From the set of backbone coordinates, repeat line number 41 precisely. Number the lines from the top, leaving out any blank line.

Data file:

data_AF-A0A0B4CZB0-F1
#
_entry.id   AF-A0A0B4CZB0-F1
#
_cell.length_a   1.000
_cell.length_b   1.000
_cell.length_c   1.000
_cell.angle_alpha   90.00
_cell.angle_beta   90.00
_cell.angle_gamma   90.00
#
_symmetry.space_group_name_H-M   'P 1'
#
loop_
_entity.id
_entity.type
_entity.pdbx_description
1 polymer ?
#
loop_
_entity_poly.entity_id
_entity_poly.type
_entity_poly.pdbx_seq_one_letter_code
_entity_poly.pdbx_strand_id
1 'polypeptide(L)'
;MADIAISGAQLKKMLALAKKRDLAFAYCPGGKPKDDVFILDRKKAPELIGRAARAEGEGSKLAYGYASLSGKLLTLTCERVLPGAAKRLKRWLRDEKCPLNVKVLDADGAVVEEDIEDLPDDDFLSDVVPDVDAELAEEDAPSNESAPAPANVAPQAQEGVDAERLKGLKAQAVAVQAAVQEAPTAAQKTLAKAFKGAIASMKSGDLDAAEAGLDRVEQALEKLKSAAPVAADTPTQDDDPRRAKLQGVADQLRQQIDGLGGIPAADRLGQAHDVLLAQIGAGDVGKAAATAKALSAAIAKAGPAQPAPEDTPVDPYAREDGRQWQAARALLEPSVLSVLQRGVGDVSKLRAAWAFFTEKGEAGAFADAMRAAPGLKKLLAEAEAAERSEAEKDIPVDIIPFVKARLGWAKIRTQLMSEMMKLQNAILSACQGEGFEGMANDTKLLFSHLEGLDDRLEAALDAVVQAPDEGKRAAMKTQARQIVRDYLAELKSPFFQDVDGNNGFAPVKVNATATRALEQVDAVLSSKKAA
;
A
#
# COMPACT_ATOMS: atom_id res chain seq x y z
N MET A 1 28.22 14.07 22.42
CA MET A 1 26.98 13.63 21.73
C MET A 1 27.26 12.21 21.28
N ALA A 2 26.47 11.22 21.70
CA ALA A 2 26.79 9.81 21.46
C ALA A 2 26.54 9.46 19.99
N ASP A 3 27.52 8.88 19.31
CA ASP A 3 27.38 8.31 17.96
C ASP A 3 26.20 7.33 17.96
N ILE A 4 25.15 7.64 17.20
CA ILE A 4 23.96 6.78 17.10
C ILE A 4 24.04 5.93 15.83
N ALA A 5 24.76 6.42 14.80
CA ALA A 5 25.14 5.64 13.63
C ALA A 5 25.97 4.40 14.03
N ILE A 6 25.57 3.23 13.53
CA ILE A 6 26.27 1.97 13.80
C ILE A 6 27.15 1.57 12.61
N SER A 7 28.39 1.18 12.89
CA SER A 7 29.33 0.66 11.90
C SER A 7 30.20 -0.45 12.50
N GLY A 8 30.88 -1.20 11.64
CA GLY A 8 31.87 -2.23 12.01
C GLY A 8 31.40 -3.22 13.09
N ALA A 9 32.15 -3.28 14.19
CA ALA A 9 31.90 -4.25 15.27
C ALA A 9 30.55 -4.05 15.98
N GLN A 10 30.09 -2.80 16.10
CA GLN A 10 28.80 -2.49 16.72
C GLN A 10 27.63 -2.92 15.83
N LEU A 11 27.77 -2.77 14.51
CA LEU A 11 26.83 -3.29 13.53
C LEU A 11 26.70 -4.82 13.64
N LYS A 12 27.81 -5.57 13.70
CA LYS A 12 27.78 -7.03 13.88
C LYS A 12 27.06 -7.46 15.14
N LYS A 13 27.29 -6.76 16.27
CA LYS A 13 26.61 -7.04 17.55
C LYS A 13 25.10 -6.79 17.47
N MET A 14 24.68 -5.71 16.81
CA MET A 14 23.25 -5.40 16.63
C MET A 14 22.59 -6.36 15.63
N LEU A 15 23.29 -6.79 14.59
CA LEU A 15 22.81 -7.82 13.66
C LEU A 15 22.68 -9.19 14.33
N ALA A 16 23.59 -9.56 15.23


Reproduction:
CA ILE A 4 23.96 6.78 17.10